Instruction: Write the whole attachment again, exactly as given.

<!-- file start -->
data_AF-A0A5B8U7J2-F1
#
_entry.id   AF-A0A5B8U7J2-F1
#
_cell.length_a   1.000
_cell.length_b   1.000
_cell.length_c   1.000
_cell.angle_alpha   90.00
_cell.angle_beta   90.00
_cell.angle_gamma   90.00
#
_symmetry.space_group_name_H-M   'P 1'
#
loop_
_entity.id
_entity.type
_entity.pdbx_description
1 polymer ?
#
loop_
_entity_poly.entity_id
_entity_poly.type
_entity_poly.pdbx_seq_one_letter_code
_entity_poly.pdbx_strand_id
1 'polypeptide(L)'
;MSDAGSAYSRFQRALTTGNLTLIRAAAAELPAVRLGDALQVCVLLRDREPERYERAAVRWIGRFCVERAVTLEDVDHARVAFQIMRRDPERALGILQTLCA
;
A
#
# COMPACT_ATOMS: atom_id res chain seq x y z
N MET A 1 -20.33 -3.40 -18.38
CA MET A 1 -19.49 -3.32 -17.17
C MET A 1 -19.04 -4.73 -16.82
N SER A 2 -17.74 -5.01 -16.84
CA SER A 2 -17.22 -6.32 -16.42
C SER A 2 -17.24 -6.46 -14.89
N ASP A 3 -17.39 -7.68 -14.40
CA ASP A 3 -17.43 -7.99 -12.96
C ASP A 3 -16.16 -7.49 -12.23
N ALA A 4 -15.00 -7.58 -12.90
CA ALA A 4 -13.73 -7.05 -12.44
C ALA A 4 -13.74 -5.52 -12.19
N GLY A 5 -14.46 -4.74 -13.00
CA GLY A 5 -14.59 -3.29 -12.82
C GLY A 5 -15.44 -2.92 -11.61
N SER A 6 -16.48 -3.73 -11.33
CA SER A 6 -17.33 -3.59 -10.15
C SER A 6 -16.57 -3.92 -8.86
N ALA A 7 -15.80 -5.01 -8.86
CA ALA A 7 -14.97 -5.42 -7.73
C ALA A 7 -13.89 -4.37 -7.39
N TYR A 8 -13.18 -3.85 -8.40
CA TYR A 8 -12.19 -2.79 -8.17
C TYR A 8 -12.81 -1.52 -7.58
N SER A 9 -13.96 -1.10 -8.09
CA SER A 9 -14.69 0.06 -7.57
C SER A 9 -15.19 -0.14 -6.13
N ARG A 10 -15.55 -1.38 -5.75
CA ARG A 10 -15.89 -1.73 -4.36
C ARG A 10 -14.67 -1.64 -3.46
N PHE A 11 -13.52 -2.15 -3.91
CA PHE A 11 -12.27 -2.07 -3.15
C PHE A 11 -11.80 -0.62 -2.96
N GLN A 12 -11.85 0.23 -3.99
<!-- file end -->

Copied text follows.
data_AF-A0A5B8U7J2-F1
#
_entry.id   AF-A0A5B8U7J2-F1
#
_cell.length_a   1.000
_cell.length_b   1.000
_cell.length_c   1.000
_cell.angle_alpha   90.00
_cell.angle_beta   90.00
_cell.angle_gamma   90.00
#
_symmetry.space_group_name_H-M   'P 1'
#
loop_
_entity.id
_entity.type
_entity.pdbx_description
1 polymer ?
#
loop_
_entity_poly.entity_id
_entity_poly.type
_entity_poly.pdbx_seq_one_letter_code
_entity_poly.pdbx_strand_id
1 'polypeptide(L)'
;MSDAGSAYSRFQRALTTGNLTLIRAAAAELPAVRLGDALQVCVLLRDREPERYERAAVRWIGRFCVERAVTLEDVDHARVAFQIMRRDPERALGILQTLCA
;
A
#
# COMPACT_ATOMS: atom_id res chain seq x y z
N MET A 1 -20.33 -3.40 -18.38
CA MET A 1 -19.49 -3.32 -17.17
C MET A 1 -19.04 -4.73 -16.82
N SER A 2 -17.74 -5.01 -16.84
CA SER A 2 -17.22 -6.32 -16.42
C SER A 2 -17.24 -6.46 -14.89
N ASP A 3 -17.39 -7.68 -14.40
CA ASP A 3 -17.43 -7.99 -12.96
C ASP A 3 -16.16 -7.49 -12.23
N ALA A 4 -15.00 -7.58 -12.90
CA ALA A 4 -13.73 -7.05 -12.44
C ALA A 4 -13.74 -5.52 -12.19
N GLY A 5 -14.46 -4.74 -13.00
CA GLY A 5 -14.59 -3.29 -12.82
C GLY A 5 -15.44 -2.92 -11.61
N SER A 6 -16.48 -3.73 -11.33
CA SER A 6 -17.33 -3.59 -10.15
C SER A 6 -16.57 -3.92 -8.86
N ALA A 7 -15.80 -5.01 -8.86
CA ALA A 7 -14.97 -5.42 -7.73
C ALA A 7 -13.89 -4.37 -7.39
N TYR A 8 -13.18 -3.85 -8.40
CA TYR A 8 -12.19 -2.79 -8.17
C TYR A 8 -12.81 -1.52 -7.58
N SER A 9 -13.96 -1.10 -8.09
CA SER A 9 -14.69 0.06 -7.57
C SER A 9 -15.19 -0.14 -6.13
N ARG A 10 -15.55 -1.38 -5.75
CA ARG A 10 -15.89 -1.73 -4.36
C ARG A 10 -14.67 -1.64 -3.46
N PHE A 11 -13.52 -2.15 -3.91
CA PHE A 11 -12.27 -2.07 -3.15
C PHE A 11 -11.80 -0.62 -2.96
N GLN A 12 -11.85 0.23 -3.99